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Building Our Home and Our Life, Together

A photo of GaFarm Woman PamWhat are you!? Some millionaire that inherited a big place?

That comment left on my blog immediately brought this vivid image into my thoughts.

Our first home. The image didn't quite look like a millionaire's home.

Farm Woman's first home, a trailer

That was a comment I received once when I had posted this picture of the farm house after FarmMan had remodeled it.

Read more on the remodel here: Farm House Before and After

Remodel of the house Farm Man built

The little rough (well alright really rough looking) trailer looked like this in a year. The most beautiful home my 20-year-old eyes had ever seen.

Trailer after a year of updating

That was over 30 years ago and the road to here sure hasn't been a smooth one by any means, but it has been an adventure.

We haven't inherited any land or house. We got it the old fashion way. Through hard work and being very tight with what money we had.

You can read more about it here if you like: The Beginning

We saved and build our homes without borrowing money. (That's a younger FarmMan up there)

Building our homes ourselves

The early years were hard. Very hard. Saving and working. With 2 small boys. Buying building materials instead of new automobiles, instead of fancy name brand clothes. Driving older used cars, shopping at the salvation army and thrift stores. Sticking to a tight food budget.

In less than 7 years (7 long years) we were out of the trailer and in our first home we built. Together.

Georgia Farm Woman's home in 1984

And it was paid for, plus we paid off the 7 acres of land by then also. We were so proud.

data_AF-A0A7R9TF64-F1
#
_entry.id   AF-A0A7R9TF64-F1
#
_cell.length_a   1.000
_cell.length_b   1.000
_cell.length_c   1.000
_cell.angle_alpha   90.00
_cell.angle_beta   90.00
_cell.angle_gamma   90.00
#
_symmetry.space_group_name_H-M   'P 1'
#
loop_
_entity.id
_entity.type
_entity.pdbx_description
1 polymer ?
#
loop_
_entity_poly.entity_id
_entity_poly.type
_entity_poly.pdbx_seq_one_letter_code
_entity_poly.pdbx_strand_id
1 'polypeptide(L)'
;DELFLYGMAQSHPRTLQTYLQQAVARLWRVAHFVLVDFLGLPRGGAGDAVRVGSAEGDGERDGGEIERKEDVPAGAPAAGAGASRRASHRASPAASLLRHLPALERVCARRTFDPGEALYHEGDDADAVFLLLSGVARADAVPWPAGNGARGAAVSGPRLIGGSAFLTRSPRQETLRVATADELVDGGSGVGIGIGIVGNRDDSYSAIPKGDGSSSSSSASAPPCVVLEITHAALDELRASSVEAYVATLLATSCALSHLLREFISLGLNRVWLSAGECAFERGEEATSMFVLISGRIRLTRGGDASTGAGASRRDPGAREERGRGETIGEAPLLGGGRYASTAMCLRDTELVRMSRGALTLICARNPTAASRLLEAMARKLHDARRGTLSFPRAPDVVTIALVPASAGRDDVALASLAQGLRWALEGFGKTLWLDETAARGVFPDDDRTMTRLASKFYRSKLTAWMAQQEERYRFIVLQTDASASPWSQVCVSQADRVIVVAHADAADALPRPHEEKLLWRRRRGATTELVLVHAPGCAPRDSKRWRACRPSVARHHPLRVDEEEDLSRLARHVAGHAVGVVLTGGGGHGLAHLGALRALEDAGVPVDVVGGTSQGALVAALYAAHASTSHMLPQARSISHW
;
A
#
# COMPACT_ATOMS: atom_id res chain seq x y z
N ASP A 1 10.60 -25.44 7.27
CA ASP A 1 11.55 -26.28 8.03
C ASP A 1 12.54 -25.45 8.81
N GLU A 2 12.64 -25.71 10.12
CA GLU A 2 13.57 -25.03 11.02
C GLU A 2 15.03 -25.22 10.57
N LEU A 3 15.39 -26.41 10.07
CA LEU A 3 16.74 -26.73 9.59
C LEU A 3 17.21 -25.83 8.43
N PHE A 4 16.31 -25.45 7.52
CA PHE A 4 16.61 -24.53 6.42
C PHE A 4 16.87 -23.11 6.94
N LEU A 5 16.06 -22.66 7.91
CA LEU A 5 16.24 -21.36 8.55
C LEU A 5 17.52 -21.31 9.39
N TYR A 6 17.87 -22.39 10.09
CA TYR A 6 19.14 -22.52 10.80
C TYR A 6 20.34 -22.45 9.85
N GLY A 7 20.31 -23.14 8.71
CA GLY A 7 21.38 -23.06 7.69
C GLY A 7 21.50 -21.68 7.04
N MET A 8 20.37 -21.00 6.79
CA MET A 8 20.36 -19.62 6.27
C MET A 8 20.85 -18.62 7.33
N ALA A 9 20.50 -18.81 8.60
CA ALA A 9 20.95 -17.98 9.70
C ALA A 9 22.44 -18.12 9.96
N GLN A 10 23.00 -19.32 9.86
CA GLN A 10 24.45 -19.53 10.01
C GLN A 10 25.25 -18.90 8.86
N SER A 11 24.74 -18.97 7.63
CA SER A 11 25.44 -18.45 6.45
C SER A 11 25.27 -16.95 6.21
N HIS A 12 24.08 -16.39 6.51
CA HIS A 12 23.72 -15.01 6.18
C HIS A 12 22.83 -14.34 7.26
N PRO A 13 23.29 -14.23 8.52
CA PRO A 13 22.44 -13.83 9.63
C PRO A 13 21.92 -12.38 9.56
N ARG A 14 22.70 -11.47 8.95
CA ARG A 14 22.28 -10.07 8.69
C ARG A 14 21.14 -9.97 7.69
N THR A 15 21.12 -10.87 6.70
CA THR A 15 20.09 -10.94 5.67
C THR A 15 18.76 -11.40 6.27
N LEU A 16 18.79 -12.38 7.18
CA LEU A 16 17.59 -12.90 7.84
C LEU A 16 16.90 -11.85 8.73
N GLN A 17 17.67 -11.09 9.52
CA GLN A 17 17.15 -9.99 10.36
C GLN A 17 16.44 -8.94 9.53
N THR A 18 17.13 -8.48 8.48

Four years later we had sold the first house and land and bought 50 acres of land.

And were back in a trailer ( that is a slimmer, younger FarmMan up there).

Trailer with the new house taking shape around it.

While we built this house. Together.

The house we built

Then we decided it would be more practical to have less house and more land. So we once again we sold our home, bought 100 acres and built this house. Together.

Plan for the house

Side of that house

Which turned into this house after a few years.

Same house upgraded by Farm Man

So, after 30 years, here we are. Still haven't inherited anything. We didn't have any hand outs. We paid as we went. Still paying as we go. It wasn't and still isn't any easier. I still shop thrift stores. We still haven't bought new cars, trucks, or tractors.

I wouldn't trade the bumpy ride to here for anything!

It has been quite the adventure.

The commenter did comment again later after she saw the post I had written about where we started from. She apologized. Thank-you.

It is hard doing things your way. Hard to listen to relatives comment about how poor you look, about your old car, as you struggle along working and saving.

We did it our way . It isn't the way for a lot of folks.

I can't wait for the next adventure!

You can read more about our adventures on the farm here: Life on a Southern Farm

Have a great day.

7/10/2014 6:56:07 AM

When my niece moved in her new house the specialists from told her she must first get rid of mold before starting any work. She was very excited about the project and put all her efforts to make everything perfect, if the advantaclean specialists would not attention her about the mold all her work would be in vain.

6/1/2010 2:52:46 PM

Thanks Cindy! Like everything in life, we are still evolving and enjoying each new adventure. Have a great day. Pam

cindy murphy
5/29/2010 10:34:00 PM

Pam. You and Farm Man rock! What a beautiful house to show for all your hard work, and perhaps more beautiful is the inspiring story of how you got to where you are now. Thanks for sharing, and enjoy your weekend.

5/28/2010 4:56:55 AM